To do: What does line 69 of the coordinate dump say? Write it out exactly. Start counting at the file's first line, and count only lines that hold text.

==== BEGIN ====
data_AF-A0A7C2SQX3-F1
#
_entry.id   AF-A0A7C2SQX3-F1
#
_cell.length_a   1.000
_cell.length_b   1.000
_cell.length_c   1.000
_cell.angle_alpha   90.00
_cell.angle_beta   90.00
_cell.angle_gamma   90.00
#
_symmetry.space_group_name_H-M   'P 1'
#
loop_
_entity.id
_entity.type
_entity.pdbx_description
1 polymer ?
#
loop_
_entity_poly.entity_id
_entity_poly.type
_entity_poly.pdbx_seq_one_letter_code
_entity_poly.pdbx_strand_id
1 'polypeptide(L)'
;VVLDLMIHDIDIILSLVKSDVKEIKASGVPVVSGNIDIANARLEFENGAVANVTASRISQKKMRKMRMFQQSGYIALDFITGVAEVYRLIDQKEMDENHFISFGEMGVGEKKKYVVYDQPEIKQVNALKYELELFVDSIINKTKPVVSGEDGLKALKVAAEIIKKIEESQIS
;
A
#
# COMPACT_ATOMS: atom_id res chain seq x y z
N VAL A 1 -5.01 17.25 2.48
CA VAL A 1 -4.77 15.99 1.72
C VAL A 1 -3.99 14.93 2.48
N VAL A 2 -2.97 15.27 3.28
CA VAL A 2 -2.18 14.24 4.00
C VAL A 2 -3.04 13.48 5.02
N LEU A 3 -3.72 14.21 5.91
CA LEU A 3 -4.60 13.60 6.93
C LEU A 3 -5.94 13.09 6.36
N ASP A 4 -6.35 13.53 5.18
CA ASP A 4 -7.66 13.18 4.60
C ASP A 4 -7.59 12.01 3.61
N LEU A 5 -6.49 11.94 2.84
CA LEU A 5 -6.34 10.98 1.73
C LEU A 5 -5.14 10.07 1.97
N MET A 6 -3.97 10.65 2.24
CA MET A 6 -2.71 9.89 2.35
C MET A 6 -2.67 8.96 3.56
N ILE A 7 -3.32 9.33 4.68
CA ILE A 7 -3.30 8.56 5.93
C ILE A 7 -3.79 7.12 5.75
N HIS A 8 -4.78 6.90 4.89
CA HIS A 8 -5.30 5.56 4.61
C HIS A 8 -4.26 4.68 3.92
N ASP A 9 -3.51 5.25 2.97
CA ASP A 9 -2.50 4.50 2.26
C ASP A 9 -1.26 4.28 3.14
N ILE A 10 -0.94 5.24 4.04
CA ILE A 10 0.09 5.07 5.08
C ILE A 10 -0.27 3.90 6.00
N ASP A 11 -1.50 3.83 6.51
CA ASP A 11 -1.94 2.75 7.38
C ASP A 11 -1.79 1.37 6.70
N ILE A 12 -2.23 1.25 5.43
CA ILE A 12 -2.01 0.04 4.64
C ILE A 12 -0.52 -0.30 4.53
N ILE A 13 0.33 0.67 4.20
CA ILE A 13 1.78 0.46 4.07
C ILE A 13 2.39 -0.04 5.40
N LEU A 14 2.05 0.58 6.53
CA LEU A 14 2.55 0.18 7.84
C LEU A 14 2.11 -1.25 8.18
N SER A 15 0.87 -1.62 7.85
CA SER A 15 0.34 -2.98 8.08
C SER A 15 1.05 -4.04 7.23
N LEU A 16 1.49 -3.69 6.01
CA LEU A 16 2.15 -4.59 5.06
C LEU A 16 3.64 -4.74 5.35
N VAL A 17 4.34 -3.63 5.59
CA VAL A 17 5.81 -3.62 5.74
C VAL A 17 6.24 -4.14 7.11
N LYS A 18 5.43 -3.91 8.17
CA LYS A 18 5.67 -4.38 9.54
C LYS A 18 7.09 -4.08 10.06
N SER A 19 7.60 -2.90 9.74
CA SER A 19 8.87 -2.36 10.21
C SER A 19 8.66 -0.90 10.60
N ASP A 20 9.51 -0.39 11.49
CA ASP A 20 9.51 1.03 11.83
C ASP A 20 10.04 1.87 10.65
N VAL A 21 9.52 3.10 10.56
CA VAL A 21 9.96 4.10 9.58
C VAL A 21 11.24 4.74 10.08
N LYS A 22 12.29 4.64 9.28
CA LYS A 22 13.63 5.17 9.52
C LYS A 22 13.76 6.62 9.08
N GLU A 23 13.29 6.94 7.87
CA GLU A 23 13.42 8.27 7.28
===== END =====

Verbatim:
C ILE A 13 2.39 -0.04 5.40